With the initial release of Windows 98, Microsoft introduced auto-
    configuration functionality.  When developed, the AutoConfig
    [DHCPAC] specification did not exist, so the initial release does
    not contain this functionality.

    The Win98 DHCP Client sends out a total of 4 DHCPDISCOVERs, with an
    inter-packet interval of 6 seconds.  When no response is received
    after all 4 packets (24 seconds), it will auto-configure an address.

    The auto-configure retry count for Windows 98 is 10.  After trying
    10 auto-configured IP addresses, and finding all are taken, the host
    will boot without an IP address.

5.2.  Apple MacOS 8.5

    MacOS 8.5 sends three DHCPDISCOVER packets, with timeouts of 4, 8,
    and then 16 seconds.  When no response is received from all of these
    requests (28 seconds), it will auto-configure.

    The auto-configure retry count for MacOS 8.5 is 10.  After trying 10
    auto-configured IP addresses, and finding all are taken, the host
    will boot without an IP address.

6.  Security Considerations

    The use of this functionality may open a network host to new Denial
    Of Service (DOS) attacks.  In particular, a host that previously did
    not have an IP address, and no IP stack running, was not succeptable
    to IP based DOS attacks, as there was no IP stack configured to
    interpret these packets.

    However, the addition of this functionality to an OS may cause IP
    stacks to be capable of receiving and interpreting information that
    the host was not previously configured to receive.  As this host is
    now interpreting IP communications, it is now open to IP based DOS
    attacks.

    Another security concern is the DOS attack that may be made on the



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    local subnet which stops all machines from being able to allocate an
    IP address.  A malicious host on the local wire may listen for ARP
    probes, and respond with it's own ARP probe.  This will stop the
    auto-configuring machine from using that address, and it will move
    on to the next one.  Eventually, it will run out of addresses to
    attempt, and will give up.  The use of DHCP removes this attack,
    leaving only the concerns described in [DHCP].

    Finally, machines that rely on this for communication over a large
    network may allocate the same address if the network itself is
    segmented when the machines boot.  If the link between two machines
    is down when they boot, they may both auto-configure the same
    address.  However, when the network link returns, there will be
    numerous problems (ARP caches, etc.)  There is currently no way to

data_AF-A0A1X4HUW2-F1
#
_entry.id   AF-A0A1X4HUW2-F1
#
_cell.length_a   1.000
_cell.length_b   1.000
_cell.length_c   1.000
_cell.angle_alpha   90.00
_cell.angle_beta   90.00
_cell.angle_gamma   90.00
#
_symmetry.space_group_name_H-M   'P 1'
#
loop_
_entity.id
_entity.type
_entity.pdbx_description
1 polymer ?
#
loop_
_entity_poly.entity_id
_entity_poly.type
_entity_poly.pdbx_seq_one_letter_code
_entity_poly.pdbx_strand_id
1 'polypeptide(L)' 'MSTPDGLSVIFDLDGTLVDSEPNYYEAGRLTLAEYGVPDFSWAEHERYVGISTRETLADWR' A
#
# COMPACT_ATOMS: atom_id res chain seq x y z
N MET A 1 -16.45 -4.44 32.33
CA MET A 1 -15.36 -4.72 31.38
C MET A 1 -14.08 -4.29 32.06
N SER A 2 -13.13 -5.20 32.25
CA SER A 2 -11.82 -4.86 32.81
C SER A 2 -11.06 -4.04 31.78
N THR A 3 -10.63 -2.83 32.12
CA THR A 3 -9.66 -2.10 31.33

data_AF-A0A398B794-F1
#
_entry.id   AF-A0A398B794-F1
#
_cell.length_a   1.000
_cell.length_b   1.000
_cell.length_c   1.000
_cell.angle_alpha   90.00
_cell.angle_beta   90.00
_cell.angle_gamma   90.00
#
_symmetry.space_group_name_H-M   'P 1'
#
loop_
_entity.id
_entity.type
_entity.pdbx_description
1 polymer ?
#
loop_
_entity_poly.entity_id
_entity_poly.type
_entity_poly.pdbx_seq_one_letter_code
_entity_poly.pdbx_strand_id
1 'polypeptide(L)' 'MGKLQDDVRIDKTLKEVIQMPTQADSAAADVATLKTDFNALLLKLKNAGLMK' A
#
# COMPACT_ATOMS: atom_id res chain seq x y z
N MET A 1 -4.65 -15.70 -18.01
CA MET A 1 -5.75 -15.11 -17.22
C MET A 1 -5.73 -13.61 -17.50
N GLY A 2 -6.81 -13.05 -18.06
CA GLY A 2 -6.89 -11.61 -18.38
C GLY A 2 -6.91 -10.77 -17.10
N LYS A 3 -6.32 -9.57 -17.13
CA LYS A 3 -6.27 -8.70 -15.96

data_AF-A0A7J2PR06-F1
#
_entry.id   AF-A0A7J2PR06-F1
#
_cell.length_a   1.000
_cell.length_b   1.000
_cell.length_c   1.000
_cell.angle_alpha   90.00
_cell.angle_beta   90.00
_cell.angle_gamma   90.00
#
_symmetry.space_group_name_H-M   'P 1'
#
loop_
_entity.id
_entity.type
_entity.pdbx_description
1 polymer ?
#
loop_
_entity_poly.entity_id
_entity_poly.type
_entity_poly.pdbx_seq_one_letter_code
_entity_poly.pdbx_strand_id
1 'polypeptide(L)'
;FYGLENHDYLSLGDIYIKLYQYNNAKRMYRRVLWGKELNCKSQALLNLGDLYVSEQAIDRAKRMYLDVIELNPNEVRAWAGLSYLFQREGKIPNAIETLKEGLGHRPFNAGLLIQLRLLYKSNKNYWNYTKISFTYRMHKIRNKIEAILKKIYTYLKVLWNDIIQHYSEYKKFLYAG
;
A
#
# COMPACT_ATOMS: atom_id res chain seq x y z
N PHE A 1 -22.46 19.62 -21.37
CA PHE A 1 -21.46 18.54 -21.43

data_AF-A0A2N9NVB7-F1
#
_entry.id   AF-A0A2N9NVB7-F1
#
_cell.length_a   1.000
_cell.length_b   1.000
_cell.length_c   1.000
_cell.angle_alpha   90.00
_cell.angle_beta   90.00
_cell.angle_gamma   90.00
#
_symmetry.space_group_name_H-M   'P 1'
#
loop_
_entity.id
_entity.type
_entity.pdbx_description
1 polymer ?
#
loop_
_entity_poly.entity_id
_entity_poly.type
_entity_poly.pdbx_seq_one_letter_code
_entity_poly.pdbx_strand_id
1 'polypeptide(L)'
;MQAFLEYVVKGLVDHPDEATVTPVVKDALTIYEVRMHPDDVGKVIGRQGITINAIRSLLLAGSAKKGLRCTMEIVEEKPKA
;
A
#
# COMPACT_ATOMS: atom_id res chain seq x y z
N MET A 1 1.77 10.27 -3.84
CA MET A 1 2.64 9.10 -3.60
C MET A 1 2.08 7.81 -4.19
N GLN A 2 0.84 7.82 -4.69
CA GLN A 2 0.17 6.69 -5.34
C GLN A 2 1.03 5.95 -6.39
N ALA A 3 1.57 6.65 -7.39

solve this auto-configuration problem without causing all hosts
    involved to re-autoconfigure IP addresses.  The use of DHCP to
    configure hosts on a subnet will solve this, and hosts that
    implement this configuration mechanism will behave appropriately on
    a DHCP managed network in which the DHCP server is not initially
    available.

7.  Acknowledgments

    I'd like to thank Microsoft and Apple for their help in writing this
    document.

8.  Copyright

    Copyright (C) The Internet Society 1999. All Rights Reserved.

    This document and translations of it may be copied and furnished to
    others, and derivative works that comment on or otherwise explain it
    or assist in its implementation may be prepared, copied, published
    and distributed, in whole or in part, without restriction of any
    kind, provided that the above copyright notice and this paragraph
    are included on all such copies and derivative works.  However, this
    document itself may not be modified in any way, such as by removing
    the copyright notice or references to the Internet Society or other
    Internet organizations, except as needed for the purpose of
    developing Internet standards in which case the procedures for
    copyrights defined in the Internet Standards process must be
    followed, or as required to translate it into languages other than
    English.

    The limited permissions granted above are perpetual and will not be
    revoked by the Internet Society or its successors or assigns.

    This document and the information contained herein is provided on an



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    "AS IS" basis and THE INTERNET SOCIETY AND THE INTERNET ENGINEERING
    TASK FORCE DISCLAIMS ALL WARRANTIES, EXPRESS OR IMPLIED, INCLUDING
    BUT NOT LIMITED TO ANY WARRANTY THAT THE USE OF THE INFORMATION
    HEREIN WILL NOT INFRINGE ANY RIGHTS OR ANY IMPLIED WARRANTIES OF
    MERCHANTABILITY OR FITNESS FOR A PARTICULAR PURPOSE.

9.  References

    [DHCP] Droms, R., "Dynamic Host Configuration Protocol",  RFC  2131,
        March 1997

        <ftp://ds.internic.net/rfc/rfc2131.txt>


    [DHCPOPT] Alexander, S. and  Droms,  R.,  "DHCP  Options  and  BOOTP
        Vendor Extension", RFC 2132, March 1997

        <ftp://ds.internic.net/rfc/rfc2132.txt>


    [KEYWORDS] S. Bradner, "Key  words  for  use  in  RFCs  to  Indicate
        Requirement Levels", RFC 2119, March 1997

        <ftp://ds.internic.net/rfc/rfc2119.txt>


    [IPv6SAC] Thomson,  S.  and  Narten,  T.,  "IPv6  Stateless  Address
        Autoconfiguration", RFC 2462, December 1998

        <ftp://ds.internic.net/rfc/rfc2462.txt>


    [DHCPAC]  Troll,  R.,  "DHCP  Option  to  Disable  Stateless   Auto-
        Configuration  in  IPv4  Clients", RFC Work in progress, January
        1999

        <ftp://ds.internic.net/rfc/rfcWork in progress.txt>


10.  Author's Address

    Ryan Troll
    Network Development
    Carnegie Mellon
    5000 Forbes Avenue
    Pittsburgh, PA 15213

    Phone: (412) 268-8691



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    EMail: ryan@andrew.cmu.edu